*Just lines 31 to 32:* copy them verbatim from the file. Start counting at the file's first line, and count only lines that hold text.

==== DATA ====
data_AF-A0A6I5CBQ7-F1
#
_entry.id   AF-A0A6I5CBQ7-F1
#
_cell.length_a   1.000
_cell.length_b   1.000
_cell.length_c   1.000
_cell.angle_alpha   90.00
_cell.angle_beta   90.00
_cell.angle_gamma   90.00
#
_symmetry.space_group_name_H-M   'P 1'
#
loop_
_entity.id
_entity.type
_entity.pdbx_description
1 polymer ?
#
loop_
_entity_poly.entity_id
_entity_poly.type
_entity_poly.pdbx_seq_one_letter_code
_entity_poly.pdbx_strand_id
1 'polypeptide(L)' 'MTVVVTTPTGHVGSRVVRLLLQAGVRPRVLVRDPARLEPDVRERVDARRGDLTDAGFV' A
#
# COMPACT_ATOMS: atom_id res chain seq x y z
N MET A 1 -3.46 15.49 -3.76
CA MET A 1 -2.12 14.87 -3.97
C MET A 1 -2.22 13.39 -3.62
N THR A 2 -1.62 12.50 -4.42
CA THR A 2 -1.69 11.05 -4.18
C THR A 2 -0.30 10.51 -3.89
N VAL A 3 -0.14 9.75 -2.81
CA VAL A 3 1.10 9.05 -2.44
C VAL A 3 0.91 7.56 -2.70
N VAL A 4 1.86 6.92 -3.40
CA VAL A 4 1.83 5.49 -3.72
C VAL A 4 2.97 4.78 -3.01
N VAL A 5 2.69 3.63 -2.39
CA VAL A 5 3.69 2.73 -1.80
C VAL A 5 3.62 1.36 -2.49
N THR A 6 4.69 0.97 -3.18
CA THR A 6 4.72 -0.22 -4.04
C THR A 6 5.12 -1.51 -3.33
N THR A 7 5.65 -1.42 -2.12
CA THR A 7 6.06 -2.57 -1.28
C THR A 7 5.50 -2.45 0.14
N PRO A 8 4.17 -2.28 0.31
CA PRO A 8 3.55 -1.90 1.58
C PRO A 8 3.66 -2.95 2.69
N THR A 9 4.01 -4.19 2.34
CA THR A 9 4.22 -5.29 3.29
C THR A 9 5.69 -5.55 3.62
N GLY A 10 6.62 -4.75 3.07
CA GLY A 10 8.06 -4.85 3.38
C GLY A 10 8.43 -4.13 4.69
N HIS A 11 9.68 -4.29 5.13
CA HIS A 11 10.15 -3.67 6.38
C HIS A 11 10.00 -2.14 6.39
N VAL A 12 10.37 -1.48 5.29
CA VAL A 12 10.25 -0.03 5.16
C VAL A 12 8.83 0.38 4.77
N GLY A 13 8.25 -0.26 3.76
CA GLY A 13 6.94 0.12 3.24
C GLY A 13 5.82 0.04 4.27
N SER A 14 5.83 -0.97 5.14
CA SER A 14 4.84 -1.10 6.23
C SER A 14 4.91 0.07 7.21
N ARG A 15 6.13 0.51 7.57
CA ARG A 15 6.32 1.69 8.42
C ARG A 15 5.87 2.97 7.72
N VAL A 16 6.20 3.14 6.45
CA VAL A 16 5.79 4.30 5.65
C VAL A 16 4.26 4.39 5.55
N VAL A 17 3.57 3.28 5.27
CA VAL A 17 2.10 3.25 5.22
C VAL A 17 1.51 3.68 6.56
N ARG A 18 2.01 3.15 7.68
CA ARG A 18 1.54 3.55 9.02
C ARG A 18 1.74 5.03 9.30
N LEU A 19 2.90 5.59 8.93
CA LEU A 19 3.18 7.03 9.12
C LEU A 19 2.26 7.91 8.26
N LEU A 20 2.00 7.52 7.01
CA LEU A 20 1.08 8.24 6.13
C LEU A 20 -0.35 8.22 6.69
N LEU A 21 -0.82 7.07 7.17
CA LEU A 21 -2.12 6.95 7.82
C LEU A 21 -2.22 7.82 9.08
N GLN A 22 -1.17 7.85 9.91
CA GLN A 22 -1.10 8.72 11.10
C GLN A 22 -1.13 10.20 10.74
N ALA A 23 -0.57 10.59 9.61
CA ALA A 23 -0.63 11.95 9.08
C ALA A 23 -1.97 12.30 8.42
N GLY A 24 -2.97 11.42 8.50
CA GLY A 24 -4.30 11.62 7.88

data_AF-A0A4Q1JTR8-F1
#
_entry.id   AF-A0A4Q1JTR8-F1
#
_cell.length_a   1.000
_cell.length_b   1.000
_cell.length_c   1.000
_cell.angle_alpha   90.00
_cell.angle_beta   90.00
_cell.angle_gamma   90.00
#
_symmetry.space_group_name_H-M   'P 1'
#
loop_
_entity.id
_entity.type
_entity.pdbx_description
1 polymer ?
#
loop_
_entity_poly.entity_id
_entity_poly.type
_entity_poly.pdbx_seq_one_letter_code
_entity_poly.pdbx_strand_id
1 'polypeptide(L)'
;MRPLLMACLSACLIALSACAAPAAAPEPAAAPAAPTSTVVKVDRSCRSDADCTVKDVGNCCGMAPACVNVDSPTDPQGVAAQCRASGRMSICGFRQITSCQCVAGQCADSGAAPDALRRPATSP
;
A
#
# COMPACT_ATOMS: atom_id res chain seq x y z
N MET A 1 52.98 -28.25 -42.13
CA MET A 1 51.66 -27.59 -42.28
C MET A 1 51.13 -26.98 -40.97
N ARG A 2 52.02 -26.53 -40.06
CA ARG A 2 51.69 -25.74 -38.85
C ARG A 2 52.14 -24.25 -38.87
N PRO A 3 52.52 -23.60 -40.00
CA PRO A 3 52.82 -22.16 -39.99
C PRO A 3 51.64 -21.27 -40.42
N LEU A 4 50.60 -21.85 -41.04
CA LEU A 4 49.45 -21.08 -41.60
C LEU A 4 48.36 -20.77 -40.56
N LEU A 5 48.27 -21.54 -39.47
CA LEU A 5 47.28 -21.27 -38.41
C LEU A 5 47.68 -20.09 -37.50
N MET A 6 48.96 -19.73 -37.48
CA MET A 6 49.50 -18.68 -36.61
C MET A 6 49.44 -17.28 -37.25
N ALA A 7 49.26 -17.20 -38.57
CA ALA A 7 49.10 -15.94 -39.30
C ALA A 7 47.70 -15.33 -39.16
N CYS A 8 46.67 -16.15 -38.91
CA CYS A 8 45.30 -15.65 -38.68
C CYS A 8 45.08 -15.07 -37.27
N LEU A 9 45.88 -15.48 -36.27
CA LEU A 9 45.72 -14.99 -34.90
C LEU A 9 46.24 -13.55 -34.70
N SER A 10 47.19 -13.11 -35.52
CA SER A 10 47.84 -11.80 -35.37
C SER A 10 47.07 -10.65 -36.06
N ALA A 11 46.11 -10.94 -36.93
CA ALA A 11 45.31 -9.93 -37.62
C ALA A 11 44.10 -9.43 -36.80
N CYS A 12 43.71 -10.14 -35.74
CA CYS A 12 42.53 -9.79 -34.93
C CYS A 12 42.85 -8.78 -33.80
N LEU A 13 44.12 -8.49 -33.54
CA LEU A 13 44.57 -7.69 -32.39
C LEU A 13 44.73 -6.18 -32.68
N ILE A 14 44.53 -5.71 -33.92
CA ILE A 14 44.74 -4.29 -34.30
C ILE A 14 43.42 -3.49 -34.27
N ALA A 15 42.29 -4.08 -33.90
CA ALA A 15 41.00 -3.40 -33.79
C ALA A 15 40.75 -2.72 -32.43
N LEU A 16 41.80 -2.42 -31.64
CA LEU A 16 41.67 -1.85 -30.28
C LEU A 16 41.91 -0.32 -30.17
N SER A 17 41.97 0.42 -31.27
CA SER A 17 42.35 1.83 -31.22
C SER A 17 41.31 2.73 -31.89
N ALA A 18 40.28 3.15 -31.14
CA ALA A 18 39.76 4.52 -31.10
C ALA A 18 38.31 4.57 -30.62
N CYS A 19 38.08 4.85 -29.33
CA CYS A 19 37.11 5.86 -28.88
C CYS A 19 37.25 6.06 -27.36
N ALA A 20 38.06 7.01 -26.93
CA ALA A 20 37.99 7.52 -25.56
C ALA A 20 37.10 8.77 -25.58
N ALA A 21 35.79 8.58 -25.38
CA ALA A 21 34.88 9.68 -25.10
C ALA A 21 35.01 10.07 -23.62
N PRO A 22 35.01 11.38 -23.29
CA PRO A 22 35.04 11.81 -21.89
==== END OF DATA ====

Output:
N THR A 2 -1.62 12.50 -4.42
CA THR A 2 -1.69 11.05 -4.18